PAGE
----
Pressures for processing and communicative efficiency bias language development: evidence from big(ish) data and direct causal manipulation

  • T. Florian Jaeger (University of Rochester, USA)
Hörsaal Max-Planck-Institut für Evolutionäre Anthropologie (Leipzig)


As an illustration of how my lab explores and tests causal links, I will present some of our research research on functional biases in language change. Such biases can in turn explain typological patterns, including (hypothesized) linguistic universals. In tune with the motivation for this workshop, I’ll argue that advances in Big Data and experimental methods afford exciting new approaches to these questions, which have enjoyed continued prominence in the language sciences.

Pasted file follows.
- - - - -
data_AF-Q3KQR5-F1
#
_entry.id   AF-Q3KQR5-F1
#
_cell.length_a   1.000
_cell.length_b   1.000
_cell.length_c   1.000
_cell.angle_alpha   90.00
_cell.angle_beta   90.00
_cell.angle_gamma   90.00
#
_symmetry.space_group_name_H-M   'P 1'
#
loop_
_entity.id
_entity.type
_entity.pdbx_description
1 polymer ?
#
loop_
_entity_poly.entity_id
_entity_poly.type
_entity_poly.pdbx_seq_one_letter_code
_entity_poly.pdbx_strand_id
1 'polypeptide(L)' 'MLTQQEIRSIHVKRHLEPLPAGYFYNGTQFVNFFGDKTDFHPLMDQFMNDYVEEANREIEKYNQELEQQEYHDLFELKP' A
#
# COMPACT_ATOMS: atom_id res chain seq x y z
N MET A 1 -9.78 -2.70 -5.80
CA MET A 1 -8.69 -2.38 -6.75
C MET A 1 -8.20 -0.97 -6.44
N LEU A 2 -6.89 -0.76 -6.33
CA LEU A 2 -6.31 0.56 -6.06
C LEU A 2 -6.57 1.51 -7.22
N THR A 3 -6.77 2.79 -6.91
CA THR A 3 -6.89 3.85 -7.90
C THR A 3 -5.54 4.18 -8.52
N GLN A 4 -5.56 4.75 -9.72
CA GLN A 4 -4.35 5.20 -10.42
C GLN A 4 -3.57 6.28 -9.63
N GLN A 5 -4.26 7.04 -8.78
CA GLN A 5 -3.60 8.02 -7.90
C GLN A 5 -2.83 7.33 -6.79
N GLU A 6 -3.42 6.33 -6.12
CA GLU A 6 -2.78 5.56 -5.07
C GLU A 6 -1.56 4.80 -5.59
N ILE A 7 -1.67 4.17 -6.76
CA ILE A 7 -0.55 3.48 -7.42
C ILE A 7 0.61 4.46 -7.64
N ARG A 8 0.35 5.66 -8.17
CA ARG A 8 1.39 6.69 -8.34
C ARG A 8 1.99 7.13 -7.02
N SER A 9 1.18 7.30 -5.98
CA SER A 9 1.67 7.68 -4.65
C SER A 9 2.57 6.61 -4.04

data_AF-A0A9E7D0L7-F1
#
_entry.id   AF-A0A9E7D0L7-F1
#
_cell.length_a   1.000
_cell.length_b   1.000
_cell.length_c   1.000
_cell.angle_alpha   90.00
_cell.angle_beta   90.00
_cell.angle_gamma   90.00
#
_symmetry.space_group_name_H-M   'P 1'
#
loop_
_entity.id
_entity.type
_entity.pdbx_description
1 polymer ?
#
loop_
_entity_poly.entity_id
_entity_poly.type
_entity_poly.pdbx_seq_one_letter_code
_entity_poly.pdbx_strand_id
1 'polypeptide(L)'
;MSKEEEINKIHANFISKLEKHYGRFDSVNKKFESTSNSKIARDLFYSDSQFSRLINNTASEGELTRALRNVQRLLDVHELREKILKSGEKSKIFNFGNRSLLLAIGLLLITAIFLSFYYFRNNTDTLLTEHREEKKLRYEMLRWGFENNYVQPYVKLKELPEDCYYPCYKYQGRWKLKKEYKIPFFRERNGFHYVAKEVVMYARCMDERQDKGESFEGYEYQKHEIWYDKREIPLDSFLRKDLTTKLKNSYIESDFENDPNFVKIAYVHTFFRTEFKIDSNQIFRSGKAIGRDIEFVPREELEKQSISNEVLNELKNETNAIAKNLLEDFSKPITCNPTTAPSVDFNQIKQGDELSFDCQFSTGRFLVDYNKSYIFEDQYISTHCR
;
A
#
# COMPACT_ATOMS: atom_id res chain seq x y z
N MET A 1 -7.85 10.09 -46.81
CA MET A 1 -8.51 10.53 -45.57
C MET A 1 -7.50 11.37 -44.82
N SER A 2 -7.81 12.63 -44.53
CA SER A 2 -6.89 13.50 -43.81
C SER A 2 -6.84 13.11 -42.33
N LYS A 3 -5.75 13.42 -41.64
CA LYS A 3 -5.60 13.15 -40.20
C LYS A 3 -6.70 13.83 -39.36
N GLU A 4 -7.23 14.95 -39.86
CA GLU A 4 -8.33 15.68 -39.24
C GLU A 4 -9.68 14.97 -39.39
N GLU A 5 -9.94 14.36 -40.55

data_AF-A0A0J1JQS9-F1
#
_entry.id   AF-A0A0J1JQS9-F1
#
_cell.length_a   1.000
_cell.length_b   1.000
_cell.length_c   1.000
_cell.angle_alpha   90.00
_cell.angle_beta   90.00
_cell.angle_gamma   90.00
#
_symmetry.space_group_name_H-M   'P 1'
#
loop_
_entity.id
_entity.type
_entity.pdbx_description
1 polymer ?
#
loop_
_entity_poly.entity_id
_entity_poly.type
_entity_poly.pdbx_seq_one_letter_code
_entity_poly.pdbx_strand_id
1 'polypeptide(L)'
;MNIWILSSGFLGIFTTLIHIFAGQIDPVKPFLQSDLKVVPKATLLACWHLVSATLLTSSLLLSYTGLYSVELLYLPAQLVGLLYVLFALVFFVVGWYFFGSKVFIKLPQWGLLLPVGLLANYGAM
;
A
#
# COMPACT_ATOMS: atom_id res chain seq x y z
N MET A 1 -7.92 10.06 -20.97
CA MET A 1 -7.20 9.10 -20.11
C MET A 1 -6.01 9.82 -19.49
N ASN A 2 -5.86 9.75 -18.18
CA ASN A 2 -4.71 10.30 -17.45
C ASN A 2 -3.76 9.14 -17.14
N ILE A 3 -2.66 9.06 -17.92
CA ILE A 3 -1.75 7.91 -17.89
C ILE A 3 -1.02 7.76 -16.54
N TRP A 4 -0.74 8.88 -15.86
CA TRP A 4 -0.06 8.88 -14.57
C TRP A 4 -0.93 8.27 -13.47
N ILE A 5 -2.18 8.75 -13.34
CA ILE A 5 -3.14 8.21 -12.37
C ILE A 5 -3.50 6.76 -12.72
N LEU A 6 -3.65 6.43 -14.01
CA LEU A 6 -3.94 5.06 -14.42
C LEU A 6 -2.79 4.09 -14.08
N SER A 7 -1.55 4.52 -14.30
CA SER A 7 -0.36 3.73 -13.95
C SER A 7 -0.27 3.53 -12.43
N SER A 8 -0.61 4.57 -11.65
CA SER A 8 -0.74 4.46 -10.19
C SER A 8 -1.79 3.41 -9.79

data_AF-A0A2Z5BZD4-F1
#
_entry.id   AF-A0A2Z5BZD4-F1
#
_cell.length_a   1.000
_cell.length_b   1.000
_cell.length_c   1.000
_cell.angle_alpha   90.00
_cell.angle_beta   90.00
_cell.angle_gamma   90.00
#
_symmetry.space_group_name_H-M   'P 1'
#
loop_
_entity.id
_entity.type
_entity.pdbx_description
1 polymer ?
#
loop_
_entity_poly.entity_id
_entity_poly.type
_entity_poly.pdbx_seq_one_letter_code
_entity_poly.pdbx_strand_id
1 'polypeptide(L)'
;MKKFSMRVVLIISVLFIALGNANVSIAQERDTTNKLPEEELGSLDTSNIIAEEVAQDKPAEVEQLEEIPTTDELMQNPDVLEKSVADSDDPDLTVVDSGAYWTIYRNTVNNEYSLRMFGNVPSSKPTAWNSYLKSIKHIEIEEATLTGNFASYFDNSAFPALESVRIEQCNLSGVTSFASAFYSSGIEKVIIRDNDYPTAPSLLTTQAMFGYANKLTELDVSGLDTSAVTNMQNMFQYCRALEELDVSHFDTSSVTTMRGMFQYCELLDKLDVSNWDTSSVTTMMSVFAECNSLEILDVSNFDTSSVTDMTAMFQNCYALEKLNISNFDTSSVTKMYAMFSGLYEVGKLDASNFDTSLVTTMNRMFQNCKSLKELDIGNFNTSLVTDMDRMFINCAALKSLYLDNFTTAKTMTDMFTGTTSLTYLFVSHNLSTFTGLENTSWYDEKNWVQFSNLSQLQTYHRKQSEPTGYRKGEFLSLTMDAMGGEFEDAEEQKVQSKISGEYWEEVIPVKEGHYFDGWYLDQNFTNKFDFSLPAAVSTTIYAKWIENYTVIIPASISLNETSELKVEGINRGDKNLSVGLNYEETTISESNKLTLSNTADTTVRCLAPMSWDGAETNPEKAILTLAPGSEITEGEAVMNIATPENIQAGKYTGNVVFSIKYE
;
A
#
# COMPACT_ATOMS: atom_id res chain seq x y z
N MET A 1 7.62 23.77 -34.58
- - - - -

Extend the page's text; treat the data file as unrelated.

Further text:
For this talk, I’ll focus on two specific pressures on language use. The first pressure relates to the fact that linguistic communication takes place in the presence of noise, so listeners need to infer intended message from noisy input —making less probable message harder to infer (e.g., Levy, 2008; Norris & McQueen, 2008; Bicknell & Levy, 2012; Gibson et al., 2013; Kleinschmidt & Jaeger, 2015). The second pressure relates to memory demands during language processing, where longer dependencies are associated with slower processing (Gibson, 1998, 2000; Lewis et al., 2006; Vasishth & Lewis, 2005). Both pressures are well-known to affect language processing, including evidence from both experimental data (e.g., McDonald & Shillcock, 2003; Grodner & Gibson, 2005) and broad coverage corpus studies (e.g., Demberg & Keller, 2008; Boston et al., 2010; Smith & Levy, 2013). This means that an ideal speaker (in the sense of ideal observers) should a) support low-probability —i.e., high information— messages with ‘better’ linguistic signals to the extent that this is warranted against the effort in implies (e.g., due to aiming for more precise articulations or due to articulation additional words, cf. Lindblom, 1990, Jaeger, 2006, 2013; Gibson et al., 2013) and b) aim for short dependencies (e.g., by reordering constituents, Hawkins, 2004, 2014).